Highland News Leader

Highland is considering selling part of its main electric transmission line

The main transmission line that feeds electricity to the city of Highland begins at this substation near the intersection of Lockmann and Lebanon roads in rural Collinsville and parallels the CSX railroad tracks nearly 15 miles before it ties into the city's grid at the powerhouse behind the Highland Police Department.
The main transmission line that feeds electricity to the city of Highland begins at this substation near the intersection of Lockmann and Lebanon roads in rural Collinsville and parallels the CSX railroad tracks nearly 15 miles before it ties into the city's grid at the powerhouse behind the Highland Police Department. clibbra@bnd.com

The city of Highland is exploring the possibility of selling part of the main transmission line that supplies electricity to the community.

Highland has owned and operated its own power system going back over a century. The system covers the city, as well as some rural areas surrounding Highland and serves more than 6,000 customers.

The main supply of power into the city's distribution system comes via a 138-kilovolt line that runs from rural Collinsville to the power plant yard behind the Highland Police Department. The lines consists of 176 poles spaced along a route 14.7-mile route and connects an Ameren Illinois transmission line to a 138 kV substation near Lockmann and Lebanon roads, east of Collinsville.

On Feb. 20, after returning from executive session, the Highland City Council approved a resolution authorizing City Manager Mark Latham to execute a memorandum of understanding with Ameren Services Company in regards to the possible sale of a 2.5-mile portion of that line.

City officials would not comment further on the potential sale.

A memorandum is a nonbinding agreement, which is usually the first stage in forming a formal contract.

FFA Week

Mayor Joe Michaelis read a proclamation declaring Feb. 18-24 as Futures Farmers of America Week.

Pool agreement approved

The council approved the renewal of a pool rental agreement between the city and HSHS St. Jospeh’s Hospital in Highland. The agreement allows hospital licensed therapy staff to use the pool for aquatic patient therapy.

The agreement is good for one year. It states the hospital will pay the Korte Recreation Center $2.50 per patient visit. The agreement also provides a specific schedule with areas of the pool and what times they can be used by the hospital.

HCS contract renewed

The council approved Highland Communication Services to renew its contract with Fidelity Solutions. The contract allows HCS the right to purchase Minerva licenses and support for their video encryption and IPTV services.

The contract renewal holds no additional cost for HCS, as the cost for 2018 remained the same as last year.

Zoning errors corrected

The council approved a number of amendments to correct some scrivener's errors in the city's zoning district classifications.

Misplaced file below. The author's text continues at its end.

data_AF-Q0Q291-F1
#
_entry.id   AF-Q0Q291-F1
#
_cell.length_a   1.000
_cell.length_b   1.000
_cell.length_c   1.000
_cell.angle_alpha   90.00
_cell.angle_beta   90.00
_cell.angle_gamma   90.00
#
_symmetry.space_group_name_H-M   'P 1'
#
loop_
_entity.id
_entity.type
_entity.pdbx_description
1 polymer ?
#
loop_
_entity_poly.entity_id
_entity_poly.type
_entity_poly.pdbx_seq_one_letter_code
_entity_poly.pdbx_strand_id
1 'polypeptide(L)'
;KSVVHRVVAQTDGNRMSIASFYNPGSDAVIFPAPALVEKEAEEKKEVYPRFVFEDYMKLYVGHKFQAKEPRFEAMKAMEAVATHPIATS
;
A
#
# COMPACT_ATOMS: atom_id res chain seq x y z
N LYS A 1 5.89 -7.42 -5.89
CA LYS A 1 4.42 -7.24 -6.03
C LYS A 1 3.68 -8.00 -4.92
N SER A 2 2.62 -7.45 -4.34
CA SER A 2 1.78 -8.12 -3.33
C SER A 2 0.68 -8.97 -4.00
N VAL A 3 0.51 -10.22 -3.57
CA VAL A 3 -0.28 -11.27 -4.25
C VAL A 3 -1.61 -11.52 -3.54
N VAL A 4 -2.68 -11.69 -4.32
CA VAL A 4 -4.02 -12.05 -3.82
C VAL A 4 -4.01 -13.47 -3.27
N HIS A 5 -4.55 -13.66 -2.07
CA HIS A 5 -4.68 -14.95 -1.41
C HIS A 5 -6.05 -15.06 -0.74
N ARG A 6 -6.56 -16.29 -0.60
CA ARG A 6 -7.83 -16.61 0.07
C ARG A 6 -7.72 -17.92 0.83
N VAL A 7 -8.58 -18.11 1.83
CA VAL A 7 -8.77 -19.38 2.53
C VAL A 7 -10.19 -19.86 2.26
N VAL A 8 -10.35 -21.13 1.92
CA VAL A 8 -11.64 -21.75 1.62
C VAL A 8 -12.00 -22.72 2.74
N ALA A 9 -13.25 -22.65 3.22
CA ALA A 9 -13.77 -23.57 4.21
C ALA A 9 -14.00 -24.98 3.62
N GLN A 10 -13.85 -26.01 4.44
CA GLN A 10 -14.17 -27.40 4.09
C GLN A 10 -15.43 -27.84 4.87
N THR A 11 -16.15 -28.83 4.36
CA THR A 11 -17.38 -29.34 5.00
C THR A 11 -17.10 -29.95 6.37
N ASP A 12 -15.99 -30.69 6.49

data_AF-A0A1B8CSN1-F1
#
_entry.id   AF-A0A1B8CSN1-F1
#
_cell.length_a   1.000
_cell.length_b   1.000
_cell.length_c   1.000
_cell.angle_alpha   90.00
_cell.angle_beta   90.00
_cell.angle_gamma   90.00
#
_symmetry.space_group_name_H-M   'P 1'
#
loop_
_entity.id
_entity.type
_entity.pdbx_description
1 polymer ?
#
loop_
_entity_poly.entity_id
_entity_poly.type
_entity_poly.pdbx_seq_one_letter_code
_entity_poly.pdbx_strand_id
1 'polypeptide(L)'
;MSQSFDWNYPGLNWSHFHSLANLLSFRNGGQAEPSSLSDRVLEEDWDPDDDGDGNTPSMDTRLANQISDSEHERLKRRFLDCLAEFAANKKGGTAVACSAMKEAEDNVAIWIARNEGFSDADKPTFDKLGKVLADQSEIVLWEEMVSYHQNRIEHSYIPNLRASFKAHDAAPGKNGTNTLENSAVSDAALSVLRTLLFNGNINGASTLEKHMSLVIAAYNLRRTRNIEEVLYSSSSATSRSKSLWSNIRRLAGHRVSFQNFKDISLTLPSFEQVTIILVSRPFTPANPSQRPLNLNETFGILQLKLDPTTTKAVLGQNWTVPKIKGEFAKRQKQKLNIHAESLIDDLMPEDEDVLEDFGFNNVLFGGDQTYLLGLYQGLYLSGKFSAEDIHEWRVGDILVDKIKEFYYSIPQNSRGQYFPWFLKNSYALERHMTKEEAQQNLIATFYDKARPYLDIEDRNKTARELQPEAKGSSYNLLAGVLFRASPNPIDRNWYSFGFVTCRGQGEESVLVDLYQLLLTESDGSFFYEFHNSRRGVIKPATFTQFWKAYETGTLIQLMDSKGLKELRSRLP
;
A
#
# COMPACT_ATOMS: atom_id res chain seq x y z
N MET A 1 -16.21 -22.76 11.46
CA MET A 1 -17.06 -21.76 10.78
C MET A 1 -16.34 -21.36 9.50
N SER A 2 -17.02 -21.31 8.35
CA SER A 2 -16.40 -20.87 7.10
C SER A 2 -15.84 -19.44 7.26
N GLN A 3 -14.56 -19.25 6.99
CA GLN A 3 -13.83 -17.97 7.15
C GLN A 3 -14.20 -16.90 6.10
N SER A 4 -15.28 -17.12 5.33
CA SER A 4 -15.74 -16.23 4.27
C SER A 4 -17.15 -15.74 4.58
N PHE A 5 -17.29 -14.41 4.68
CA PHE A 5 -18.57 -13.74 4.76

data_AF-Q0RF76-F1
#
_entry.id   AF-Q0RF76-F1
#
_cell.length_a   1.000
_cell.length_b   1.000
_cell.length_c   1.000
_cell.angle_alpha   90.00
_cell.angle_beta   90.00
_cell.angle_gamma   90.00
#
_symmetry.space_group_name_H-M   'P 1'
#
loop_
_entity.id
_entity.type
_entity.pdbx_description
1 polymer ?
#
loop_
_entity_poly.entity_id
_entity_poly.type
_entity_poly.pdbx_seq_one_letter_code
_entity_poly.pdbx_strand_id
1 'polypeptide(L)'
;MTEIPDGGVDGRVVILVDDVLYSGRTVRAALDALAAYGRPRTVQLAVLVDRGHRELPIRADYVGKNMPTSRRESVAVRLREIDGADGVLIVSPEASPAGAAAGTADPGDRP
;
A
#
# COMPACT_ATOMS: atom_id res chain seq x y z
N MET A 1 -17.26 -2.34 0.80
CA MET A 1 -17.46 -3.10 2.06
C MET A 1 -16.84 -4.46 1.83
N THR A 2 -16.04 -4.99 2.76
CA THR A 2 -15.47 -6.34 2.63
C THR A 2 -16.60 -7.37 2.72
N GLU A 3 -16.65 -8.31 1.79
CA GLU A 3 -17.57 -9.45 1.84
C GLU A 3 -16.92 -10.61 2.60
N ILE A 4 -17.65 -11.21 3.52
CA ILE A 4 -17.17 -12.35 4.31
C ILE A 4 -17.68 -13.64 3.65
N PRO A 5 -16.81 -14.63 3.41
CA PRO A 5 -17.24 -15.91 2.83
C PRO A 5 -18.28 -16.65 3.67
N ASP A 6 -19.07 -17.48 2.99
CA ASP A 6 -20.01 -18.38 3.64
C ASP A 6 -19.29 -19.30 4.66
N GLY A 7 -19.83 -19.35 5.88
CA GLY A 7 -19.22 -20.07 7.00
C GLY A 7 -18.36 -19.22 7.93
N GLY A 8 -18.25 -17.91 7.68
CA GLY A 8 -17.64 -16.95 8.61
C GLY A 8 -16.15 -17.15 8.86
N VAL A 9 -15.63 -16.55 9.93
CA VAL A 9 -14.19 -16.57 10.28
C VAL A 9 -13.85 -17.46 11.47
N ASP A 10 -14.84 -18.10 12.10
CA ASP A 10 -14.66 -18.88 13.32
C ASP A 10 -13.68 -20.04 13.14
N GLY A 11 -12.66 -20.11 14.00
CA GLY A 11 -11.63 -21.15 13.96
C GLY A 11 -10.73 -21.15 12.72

Some time since the city's Zoning Code was last updated, in 2006, multiple amendments to the code were accidentally removed from a sections zoning table, otherwise known as the Zoning Matrix, according to a memo from Scott Hanson, the interim supervisor of Building and Zoning.

Though it was never the city's intention to remove these classifications from the table, it was staff's recommendation for the Combined Planning and Zoning Board and the council to reaffirm the uses to ensure they are correct.

Five categories were added back to their correct spot in the Zoning Matrix. The council also amended the "Heliport-Restricted Landing Area-Medical Use Only" use to be in the Principal Residential Uses area instead of the Principal Non-Residential Uses. The amendment also restored the inadvertent deletion of the whole ALL Accessory Uses section of the table.

The memo also says that when the City Council approved the new Mixed Use (MX) zoning district in March 2017, several land uses were accidentally included in the ordinance that were not reviewed by the combined zoning board during its public hearing on March 1.

To make sure the approval process of the MX district has been properly met, Hanson said another CPZB public hearing was held and the items had to be considered by the council again. During this process, several different land uses were also proposed as appropriate for a MX district.

These 10 new uses were:

  • Dry cleaning/ laundry pickup;
  • Commercial day care facility;
  • Pet care and pet related sales and services;
  • Public services, other than Highland;
  • Non-drive through fast food restaurant;
  • General restaurant;
  • Retail sales and services;
  • Radio, television, film or music studios;
  • Motion picture theater;
  • Performing arts theater.



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